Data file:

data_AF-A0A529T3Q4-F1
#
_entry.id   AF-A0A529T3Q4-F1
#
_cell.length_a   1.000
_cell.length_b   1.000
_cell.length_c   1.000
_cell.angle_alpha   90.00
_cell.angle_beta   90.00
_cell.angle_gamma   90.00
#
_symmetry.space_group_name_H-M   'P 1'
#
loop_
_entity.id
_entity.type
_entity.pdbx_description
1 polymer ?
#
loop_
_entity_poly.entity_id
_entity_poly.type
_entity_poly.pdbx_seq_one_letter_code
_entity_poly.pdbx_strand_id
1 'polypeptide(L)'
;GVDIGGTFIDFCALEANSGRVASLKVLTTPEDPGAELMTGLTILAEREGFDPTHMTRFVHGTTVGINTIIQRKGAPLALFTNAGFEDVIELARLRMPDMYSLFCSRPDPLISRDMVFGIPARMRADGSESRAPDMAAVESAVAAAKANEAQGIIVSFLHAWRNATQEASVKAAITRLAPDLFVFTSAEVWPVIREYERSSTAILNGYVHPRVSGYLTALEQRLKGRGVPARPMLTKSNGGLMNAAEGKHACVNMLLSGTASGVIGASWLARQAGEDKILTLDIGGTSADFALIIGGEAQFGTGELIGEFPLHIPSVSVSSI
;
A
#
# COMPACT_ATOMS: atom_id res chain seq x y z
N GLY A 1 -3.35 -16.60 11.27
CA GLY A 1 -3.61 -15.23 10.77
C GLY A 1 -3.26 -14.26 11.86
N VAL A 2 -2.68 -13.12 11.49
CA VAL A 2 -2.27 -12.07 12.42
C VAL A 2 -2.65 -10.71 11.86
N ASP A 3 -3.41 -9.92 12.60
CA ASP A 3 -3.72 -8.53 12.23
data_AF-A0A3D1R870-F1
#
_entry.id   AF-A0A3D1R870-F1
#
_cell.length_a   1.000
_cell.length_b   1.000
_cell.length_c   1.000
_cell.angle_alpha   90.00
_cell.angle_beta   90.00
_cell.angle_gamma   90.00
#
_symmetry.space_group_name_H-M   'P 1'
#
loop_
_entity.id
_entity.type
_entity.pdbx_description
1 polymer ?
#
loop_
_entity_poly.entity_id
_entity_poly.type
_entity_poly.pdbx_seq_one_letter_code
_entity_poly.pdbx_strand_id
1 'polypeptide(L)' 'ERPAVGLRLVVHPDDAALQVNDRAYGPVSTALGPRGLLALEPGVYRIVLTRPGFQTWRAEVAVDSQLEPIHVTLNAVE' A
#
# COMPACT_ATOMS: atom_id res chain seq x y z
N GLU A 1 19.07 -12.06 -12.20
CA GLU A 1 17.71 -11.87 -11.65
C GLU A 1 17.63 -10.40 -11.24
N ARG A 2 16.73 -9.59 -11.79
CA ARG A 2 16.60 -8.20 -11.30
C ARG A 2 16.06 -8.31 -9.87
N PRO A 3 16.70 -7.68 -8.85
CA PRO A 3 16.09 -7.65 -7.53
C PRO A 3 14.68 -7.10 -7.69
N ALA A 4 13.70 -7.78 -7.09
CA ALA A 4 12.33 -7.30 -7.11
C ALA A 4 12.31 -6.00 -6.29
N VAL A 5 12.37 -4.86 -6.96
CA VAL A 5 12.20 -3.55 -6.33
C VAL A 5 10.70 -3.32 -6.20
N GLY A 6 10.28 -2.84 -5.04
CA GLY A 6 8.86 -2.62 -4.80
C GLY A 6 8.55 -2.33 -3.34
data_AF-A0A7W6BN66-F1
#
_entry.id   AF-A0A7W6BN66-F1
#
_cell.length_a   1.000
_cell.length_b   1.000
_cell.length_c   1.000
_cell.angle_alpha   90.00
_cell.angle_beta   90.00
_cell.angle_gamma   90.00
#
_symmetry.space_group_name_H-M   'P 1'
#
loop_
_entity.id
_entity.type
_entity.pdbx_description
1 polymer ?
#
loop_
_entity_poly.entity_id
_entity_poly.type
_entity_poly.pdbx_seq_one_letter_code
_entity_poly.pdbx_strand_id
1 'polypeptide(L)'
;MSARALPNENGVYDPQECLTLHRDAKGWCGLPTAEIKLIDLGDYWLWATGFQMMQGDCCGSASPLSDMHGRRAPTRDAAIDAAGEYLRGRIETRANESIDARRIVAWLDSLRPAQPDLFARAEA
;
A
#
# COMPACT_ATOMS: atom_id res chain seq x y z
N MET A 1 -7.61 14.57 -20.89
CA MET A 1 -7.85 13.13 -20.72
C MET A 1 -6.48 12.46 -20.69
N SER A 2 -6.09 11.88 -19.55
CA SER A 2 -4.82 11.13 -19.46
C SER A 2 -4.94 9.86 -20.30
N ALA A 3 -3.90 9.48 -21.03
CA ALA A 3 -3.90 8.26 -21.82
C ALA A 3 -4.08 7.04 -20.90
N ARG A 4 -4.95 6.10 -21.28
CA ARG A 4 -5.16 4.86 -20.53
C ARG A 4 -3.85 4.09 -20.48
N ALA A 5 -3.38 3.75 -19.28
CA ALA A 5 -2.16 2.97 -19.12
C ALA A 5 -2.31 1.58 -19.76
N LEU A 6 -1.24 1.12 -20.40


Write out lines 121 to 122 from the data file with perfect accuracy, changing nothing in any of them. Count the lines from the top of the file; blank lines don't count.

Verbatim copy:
CA ALA A 3 -3.90 8.26 -21.82
C ALA A 3 -4.08 7.04 -20.90